New World, New Foods

Appears in
On Food and Cooking

By Harold McGee

Published 2004

  • About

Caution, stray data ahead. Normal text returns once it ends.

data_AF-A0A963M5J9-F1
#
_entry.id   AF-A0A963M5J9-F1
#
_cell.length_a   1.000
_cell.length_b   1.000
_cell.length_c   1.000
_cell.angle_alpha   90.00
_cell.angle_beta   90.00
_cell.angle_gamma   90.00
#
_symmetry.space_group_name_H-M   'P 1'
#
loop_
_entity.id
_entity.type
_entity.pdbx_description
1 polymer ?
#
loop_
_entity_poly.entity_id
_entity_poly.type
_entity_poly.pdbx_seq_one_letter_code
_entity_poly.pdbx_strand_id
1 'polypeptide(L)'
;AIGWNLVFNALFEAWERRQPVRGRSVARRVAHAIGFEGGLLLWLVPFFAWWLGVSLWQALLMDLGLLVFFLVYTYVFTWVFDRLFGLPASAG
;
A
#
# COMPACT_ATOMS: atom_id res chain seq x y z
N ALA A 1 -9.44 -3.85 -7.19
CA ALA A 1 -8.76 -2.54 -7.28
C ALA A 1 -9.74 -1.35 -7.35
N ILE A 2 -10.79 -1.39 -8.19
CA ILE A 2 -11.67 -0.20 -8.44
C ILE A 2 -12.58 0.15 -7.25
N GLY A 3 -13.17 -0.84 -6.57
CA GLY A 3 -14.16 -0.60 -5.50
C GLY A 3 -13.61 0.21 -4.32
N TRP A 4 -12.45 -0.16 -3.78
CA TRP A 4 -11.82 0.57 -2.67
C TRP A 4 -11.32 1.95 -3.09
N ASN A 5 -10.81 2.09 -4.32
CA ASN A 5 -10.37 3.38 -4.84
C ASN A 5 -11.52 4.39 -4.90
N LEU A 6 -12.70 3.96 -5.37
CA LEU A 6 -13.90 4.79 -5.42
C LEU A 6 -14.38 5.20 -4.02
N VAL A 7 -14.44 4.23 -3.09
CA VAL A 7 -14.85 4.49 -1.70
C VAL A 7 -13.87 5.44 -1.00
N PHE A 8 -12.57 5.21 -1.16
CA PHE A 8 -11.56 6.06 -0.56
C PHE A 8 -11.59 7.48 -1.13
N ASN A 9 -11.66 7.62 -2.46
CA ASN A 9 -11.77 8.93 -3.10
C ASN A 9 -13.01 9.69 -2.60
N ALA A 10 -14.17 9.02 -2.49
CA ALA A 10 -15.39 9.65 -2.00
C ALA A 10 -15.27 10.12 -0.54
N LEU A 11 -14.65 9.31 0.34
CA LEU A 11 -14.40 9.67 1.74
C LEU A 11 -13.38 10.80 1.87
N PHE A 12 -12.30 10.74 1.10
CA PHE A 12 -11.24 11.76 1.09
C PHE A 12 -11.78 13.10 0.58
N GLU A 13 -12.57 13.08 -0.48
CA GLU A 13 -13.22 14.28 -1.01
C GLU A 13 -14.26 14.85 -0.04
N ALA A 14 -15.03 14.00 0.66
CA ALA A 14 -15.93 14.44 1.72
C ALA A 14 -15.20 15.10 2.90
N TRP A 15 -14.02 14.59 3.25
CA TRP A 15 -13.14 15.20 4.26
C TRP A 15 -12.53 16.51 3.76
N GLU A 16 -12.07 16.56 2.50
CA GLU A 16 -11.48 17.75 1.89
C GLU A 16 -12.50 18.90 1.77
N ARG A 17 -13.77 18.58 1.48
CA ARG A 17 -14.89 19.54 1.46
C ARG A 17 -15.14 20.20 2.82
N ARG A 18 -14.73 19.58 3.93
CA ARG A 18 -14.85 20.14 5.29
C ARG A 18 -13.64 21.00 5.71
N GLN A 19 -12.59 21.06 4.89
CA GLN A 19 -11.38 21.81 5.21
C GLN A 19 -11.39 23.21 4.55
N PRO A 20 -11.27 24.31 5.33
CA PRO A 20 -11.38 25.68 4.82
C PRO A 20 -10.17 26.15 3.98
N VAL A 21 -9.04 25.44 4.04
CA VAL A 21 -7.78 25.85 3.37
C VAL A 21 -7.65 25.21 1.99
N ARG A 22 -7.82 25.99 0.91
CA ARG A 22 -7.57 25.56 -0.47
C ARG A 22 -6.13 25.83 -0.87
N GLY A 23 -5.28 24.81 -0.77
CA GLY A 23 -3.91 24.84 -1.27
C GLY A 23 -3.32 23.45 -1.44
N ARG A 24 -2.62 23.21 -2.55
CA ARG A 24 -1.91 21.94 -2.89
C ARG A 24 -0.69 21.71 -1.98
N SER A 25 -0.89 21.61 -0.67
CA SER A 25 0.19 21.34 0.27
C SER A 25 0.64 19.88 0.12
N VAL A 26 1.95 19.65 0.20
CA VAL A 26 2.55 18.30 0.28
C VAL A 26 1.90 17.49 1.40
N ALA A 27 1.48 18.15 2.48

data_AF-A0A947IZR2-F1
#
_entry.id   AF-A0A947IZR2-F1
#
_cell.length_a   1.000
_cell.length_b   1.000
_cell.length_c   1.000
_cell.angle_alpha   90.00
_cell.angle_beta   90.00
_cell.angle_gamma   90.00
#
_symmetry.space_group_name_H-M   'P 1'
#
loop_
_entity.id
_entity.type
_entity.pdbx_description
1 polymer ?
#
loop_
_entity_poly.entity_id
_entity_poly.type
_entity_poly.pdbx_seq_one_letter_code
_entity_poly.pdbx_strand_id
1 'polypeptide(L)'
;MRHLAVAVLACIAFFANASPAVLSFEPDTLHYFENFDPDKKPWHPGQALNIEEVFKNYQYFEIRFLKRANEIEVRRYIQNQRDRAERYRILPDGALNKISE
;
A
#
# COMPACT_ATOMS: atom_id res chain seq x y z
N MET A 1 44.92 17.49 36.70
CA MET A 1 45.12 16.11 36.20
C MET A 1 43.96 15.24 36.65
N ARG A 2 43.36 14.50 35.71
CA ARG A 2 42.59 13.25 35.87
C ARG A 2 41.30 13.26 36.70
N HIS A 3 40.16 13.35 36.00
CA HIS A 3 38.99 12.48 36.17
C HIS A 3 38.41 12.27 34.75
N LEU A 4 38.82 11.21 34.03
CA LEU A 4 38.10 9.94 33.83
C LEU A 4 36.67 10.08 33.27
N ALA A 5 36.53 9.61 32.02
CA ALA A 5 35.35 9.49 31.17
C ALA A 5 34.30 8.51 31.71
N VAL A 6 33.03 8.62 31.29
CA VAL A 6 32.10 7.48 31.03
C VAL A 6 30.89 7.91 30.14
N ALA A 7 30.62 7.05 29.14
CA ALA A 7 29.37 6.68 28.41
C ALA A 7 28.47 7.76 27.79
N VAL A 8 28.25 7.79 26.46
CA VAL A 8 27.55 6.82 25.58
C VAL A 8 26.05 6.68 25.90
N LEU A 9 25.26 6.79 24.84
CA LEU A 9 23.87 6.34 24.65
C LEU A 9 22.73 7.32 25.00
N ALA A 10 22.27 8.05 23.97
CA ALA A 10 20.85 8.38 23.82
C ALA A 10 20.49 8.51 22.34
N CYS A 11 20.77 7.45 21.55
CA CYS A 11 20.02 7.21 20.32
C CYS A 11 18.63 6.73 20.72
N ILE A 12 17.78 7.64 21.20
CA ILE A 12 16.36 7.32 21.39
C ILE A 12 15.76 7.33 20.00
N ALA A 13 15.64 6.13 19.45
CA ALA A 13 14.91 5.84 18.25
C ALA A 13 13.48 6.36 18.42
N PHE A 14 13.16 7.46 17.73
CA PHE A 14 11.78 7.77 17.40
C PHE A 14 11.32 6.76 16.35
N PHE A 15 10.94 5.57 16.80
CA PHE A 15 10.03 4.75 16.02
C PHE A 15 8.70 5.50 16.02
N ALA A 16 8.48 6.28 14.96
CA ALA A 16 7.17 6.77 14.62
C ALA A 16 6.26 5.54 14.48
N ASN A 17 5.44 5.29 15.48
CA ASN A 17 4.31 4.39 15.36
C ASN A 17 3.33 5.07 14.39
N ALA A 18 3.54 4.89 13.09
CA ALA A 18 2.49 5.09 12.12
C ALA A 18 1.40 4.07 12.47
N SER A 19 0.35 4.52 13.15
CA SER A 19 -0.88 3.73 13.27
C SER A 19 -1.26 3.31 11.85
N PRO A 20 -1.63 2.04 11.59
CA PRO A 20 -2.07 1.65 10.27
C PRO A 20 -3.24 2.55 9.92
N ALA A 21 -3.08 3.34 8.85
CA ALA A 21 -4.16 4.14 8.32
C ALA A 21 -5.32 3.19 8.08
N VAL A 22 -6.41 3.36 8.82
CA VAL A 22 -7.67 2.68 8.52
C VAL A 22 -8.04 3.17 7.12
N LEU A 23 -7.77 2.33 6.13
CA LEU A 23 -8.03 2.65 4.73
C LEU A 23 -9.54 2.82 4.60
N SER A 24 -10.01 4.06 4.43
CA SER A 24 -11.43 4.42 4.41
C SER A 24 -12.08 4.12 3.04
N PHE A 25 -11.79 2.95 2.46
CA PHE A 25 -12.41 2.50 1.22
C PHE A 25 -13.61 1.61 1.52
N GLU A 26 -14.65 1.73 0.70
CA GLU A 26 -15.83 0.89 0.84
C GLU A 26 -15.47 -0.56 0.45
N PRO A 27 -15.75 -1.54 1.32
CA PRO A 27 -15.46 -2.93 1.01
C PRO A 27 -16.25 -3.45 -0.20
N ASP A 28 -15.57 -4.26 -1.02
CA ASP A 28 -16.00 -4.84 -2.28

Plants—and especially the spice plants—helped shape world history in the last five centuries. The ancient European hunger for Asian spices was an important driving force in the development of Italy, Portugal, Spain, Holland, and England into major sea powers during the Renaissance. Columbus, Vasco da Gama, John Cabot, and Magellan were looking for a new route to the Indies in order to break the monopoly of Venice and southern Arabia on the ancient trade in cinnamon, cloves, nutmeg, and black pepper. They failed in that quest, but succeeded in opening the “West Indies” to European exploitation. The New World was initially disappointing in its yield of sought-for spices. But vanilla and chillis quickly became popular; and its wealth of new vegetables was largely adaptable to Europe’s climate: so the common bean, corn, squashes, tomatoes, potatoes, and sweet chillis eventually became staple ingredients in the new cuisines of the Old World.